Flight Line

A flash and sparkle catches my eye through one of the small forward windows as we approach Kandahar. The lights glitter and swell as we arrow down to touch the tarmac before braking violently.

The back splits open as we start to taxi to the parking ramp – half elevating toward the ceiling while the lower half stays stable as we watch buildings and hangers recede in the night.

Shutting down the engines, it doesn’t take long before the temperature in the seats starts to drop and all of us are more than glad to grab gear and load onto the bus.

From the end where the plane is parked it is a long drive back to the PAX terminal. As we roll in our dark bus cave we pass hard working teams repairing and prepping aircraft for the next day. Fixed wings, fighter jets tucked out of sight in hangers with workers swarming over them. Unmanned aircraft of various sizes and shapes from sleek to praying mantis ready to engulf appearing in profile surrounded by crews blending with the ground. Helicopters of the small and nasty ready to strike to large, clumsy looking creatures squatting on the tarmac with drooping rotors like a bad hair day.

Following a forklift heavily loaded with cargo we pull over and pause, that C-130 passing on our right is just a bit bigger and probably needs the right of way. Certainly it is easier for us to turn aside.

Exhausted at the terminal, I bump into a “young” British Sailor. P.O. Andy is returning from Bastion to his job as an LNO in Bagram also via Kandahar. Traveling by himself, his next flight out is more than 24 hours.

Can’t have that the three of us decide, hauling him along to the outbound PAX terminal. What is the point of being a senior person and not using it for a good deed or two? Registering for the next leg of the journey – we will have an 0220 show time (and I will use my +1 to make the petty officer’s life better).

(Intermission – challenge of the MWR computers and hours later)

We are back at the terminal, clear through the insane safety checks – metal detectors, scanners and the like to stare dazedly at the wall for another couple of hours. At the point where I am ready to scream and all the diet coke in the world will not turn me into intelligent life, once again we are strung out in a line through the icy cold on the way to our final C-130 trip of the day.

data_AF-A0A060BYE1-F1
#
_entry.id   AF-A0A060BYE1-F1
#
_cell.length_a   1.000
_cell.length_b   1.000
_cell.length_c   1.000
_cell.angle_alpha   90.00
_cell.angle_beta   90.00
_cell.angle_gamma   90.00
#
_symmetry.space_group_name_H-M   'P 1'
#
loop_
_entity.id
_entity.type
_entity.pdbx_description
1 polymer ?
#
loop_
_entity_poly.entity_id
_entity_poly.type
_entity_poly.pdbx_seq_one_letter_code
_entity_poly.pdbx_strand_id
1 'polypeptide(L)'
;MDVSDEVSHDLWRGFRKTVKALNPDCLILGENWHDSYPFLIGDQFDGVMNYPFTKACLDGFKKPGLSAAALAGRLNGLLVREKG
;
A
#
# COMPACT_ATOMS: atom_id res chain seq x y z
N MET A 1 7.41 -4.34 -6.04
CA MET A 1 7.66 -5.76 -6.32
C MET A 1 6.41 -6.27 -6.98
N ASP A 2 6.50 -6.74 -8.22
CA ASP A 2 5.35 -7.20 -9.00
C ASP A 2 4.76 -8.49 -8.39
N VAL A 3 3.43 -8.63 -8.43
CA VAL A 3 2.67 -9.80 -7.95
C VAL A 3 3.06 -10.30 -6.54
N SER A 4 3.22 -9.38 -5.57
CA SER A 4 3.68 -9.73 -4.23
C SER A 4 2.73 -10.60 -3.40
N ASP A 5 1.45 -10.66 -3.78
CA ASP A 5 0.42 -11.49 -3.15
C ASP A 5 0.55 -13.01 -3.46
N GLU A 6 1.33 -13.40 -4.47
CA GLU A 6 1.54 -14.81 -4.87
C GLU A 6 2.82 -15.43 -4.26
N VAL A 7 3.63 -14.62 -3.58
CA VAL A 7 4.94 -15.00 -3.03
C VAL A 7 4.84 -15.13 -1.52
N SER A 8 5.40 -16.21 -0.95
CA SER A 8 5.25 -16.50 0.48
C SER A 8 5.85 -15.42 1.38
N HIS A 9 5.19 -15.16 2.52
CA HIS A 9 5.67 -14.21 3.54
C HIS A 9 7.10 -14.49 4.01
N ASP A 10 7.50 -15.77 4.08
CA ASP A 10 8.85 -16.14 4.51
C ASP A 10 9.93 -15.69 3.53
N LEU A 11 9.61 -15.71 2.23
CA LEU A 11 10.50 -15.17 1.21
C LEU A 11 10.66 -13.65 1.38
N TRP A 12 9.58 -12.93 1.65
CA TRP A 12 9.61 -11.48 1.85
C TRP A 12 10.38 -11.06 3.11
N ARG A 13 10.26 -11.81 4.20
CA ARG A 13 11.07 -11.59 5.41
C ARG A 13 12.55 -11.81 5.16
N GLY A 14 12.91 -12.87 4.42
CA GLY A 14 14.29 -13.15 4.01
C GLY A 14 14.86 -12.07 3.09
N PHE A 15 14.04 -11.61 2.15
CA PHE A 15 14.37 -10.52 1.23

Sardines we are – warm and snug in the beast’s belly till we smack down on the Bagram runway. Processing in – Andy will be rescued by his mates while I trundle back to my BHut. You really, really don’t want to hear about my trip to Dental Sick Call. (Pain on a 1-10? No Clue, it is bothering me enough to come in. Afterwards with 2/3 roots drilled out on a molar I can now say with certainty. Before was a 2/10. This is a 4/10. Based on a scale where nothing is 0 and Labor is 8 since there has to be worse pain in the universe than having a child). It might have gone more smoothly if the local had not worn off in the middle of the filing. I took my ibuprofen, my Tylenol and an emergency pain killer out of my secret stash and went to bed. I am premedicating prior to the follow up appointment, ignoring the other tooth that is trying to die. Argh!

Print Friendly, PDF & Email
This entry was posted in deployment, Uncategorized. Bookmark the permalink.

9 Responses to Flight Line

  1. Bob says:

    All appears under control again. Hope the dental problems are history and you are again out of pain.

  2. Mark says:

    The worst pain I can have, is dental pain.
    Feel better!

  3. Linda says:

    sending great empathy regarding dental pain – it is worse than many other kinds of pain because it is in your head for real.

    I hope you get some good karma points for helping Andy. what goes around has to come around sometime.

  4. Mary says:

    So sorry to hear about the tooth problem. Will the nxt appt be at Bagram or do you have to travel for it? And another one starting the same process? I am so sorry!

    How kind of you to help Andy! Just as the British managed to “book” you on a flight the other day, you returned the favor to Andy.

    Hope you are snug and warm in bed!!

    Have to admit, had my heart in my mouth the way your email started as I was frightened your plane had been hit – I was confused when you said that the back ramp begins to open as you taxi…. But thankfully all seems to be well.

  5. Alison says:

    Sorry about the teeth, and thank you for taking good care of that young’un and showing him kindness! Who knows how he may return it to someone else needing it.

  6. Angeluna says:

    Previously, I had no idea of the nocturnal life of travel in theater. You must have learned to sleep anywhere/anytime you drop. Good luck with the teeth.

  7. Bruce says:

    I got tired just reading this.

  8. Ruth says:

    Major dental woe condolences! All is good here.

  9. Steve says:

    Loved the line about the drooping rotors looking like a bad hair day! I hope the pain has subsided by now.

Leave a Reply

Your email address will not be published. Required fields are marked *

This site uses Akismet to reduce spam. Learn how your comment data is processed.